covid

COVID- 19 takes a heavy toll on the blood vessels and the heart of its victims. People who recover from the same have a higher risk of developing serious cardiovascular disorders in the following year. The disorders include stroke, atrial fibrillation, myocarditis, heart failure, and arrhythmias.

The risks increase with the seriousness of the infection. This means that the people who require intensive care for COVID suffer the worst cardiovascular diseases. Overall, the pandemic appears to be indiscriminate, wreaking havoc on cardiovascular systems and increasing risks in all groups of patients. 

Study On COVID, Veterans Participate In An Open-Access Study

A study was published this week in Nature Medicine by researchers at the VA St. Louis Health Care System and Washington University in St. Louis, which stated all the previous information. It was an open-access study and involved more than 11 million veterans.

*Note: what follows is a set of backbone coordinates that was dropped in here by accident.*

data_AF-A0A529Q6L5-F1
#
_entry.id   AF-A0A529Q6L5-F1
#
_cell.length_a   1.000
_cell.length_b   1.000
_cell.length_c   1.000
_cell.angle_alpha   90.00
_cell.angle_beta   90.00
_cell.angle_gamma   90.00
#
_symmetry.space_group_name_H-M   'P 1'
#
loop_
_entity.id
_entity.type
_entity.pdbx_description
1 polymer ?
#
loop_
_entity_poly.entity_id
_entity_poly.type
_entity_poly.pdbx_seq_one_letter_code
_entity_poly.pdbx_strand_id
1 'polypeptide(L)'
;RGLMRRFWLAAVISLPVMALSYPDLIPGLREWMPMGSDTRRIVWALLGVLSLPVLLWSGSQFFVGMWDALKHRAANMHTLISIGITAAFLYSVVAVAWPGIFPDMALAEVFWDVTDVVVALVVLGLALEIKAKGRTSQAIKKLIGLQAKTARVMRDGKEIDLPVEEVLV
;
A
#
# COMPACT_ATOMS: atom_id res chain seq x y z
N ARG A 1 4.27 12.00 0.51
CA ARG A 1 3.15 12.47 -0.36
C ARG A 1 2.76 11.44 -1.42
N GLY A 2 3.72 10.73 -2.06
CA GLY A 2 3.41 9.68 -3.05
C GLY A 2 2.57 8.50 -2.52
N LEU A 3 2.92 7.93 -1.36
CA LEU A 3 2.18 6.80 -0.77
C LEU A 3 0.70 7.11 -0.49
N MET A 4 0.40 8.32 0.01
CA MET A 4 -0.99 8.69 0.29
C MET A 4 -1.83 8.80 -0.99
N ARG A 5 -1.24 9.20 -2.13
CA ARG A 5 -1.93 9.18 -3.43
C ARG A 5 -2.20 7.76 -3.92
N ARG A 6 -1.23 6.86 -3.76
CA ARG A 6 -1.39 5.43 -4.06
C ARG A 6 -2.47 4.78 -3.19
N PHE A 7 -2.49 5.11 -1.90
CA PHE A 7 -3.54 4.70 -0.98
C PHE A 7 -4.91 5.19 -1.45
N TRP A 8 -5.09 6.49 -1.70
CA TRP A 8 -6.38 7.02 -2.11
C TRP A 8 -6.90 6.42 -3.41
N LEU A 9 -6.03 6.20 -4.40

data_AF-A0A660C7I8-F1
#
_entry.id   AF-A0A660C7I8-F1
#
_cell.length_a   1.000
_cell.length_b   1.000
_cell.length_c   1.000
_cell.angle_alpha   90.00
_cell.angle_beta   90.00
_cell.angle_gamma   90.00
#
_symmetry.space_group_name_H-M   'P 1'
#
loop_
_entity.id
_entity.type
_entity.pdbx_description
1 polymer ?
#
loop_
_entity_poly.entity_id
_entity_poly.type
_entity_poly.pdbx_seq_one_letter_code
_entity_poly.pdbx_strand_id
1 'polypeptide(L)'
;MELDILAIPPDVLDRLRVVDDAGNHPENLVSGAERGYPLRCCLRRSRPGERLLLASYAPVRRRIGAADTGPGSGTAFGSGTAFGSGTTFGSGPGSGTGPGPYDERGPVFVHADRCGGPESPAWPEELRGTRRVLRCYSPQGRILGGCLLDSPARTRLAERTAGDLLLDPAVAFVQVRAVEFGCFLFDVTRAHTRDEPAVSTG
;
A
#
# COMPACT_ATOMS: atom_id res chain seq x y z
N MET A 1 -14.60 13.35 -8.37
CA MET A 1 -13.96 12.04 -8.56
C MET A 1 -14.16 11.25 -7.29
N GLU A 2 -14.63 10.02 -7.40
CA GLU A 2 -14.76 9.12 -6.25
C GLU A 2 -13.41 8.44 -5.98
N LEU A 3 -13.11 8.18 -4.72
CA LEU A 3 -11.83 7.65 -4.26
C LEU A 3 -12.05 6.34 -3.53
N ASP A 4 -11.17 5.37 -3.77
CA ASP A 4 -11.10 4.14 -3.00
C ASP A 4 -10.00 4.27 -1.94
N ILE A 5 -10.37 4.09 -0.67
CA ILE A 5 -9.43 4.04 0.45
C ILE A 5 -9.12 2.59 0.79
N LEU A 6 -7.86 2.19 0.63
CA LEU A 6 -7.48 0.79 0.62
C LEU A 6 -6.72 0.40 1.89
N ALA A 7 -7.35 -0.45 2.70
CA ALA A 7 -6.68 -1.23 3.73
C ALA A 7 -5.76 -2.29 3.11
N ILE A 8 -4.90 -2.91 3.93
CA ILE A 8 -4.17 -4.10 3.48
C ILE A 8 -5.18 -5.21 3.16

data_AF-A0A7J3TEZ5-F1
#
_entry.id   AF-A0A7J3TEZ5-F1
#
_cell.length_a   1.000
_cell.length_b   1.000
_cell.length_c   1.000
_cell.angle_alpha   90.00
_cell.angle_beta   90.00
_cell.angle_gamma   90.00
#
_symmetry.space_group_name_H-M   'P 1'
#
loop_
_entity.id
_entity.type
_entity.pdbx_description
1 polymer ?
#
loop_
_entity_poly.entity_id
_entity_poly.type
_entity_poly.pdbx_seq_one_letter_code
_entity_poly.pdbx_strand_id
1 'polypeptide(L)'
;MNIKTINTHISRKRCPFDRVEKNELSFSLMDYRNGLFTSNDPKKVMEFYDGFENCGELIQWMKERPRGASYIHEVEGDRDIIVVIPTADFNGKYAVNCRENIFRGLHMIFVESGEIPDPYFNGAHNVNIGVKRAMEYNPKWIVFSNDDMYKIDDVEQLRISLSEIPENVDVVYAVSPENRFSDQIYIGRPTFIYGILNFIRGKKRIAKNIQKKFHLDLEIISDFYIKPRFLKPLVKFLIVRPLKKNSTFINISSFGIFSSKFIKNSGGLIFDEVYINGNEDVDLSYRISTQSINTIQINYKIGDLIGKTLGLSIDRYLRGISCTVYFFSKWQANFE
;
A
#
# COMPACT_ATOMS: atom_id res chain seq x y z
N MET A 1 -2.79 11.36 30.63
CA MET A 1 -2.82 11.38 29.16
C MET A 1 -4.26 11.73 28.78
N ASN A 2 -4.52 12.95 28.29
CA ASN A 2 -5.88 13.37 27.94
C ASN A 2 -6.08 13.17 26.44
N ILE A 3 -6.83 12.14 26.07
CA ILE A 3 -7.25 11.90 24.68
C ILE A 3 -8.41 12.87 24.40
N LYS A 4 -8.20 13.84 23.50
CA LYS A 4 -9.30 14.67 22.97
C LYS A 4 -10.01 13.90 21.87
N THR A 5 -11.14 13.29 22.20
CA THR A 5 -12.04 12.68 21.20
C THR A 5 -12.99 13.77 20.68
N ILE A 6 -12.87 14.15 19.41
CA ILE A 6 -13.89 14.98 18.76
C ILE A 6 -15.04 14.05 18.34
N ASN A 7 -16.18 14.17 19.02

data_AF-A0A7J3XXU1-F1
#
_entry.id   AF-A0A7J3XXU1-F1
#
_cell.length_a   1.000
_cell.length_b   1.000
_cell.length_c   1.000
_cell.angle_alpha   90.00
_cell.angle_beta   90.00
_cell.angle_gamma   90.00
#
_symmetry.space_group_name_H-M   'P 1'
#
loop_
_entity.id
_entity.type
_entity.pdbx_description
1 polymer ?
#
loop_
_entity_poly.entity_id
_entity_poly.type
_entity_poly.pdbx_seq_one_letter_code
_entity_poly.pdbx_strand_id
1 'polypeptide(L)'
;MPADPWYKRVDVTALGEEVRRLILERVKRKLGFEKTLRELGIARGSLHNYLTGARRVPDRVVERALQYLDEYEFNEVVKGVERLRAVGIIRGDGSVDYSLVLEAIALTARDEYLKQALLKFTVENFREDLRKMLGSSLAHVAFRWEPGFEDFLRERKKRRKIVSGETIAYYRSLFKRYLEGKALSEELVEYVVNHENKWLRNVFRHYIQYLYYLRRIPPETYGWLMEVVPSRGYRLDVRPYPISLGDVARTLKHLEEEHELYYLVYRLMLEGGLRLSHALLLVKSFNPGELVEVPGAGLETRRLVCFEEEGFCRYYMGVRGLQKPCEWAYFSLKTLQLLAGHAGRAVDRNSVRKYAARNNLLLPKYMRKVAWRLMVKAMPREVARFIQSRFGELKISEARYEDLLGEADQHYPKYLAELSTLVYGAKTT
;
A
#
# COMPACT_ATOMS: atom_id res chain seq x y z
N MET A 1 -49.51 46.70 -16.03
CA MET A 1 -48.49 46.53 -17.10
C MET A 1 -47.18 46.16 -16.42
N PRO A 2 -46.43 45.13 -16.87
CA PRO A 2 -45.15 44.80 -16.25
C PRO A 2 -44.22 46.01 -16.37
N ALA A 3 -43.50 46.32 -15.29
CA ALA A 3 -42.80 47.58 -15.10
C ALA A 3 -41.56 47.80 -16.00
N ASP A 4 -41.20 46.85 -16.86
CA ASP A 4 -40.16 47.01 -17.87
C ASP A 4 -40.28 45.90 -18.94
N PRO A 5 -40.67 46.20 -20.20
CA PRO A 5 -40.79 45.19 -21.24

The study tapped into the massive database of health records at the Department of Veterans Affairs, which has data from patients at 1,255 health care facilities across the United States. 

The authors, led by clinical epidemiologists Yan Xie and Ziyad Al-Aly, focused on 153,760 veterans who tested positive for COVID-19 between March 1, 2020, and January 15, 2021, and survived at least 30 days afterward. They then assembled a comparison group of 5.6 million veterans from the same time frame who did not test positive and a historical comparison group that included health records from 2017 from an additional 5.9 million veterans.

The authors then looked at the incidence of the pre-determined serious heart diseases over the course of a year in three cohorts. They also took into consideration the excess burden of disease linked with COVID-19.

“Governments and health systems around the world should be prepared to deal with the likely significant contribution of the COVID-19 pandemic to a rise in the burden of cardiovascular diseases,” the authors caution. “Because of the chronic nature of these conditions, they will likely have long-lasting consequences for patients and health systems and also have broad implications on economic productivity and life expectancy.”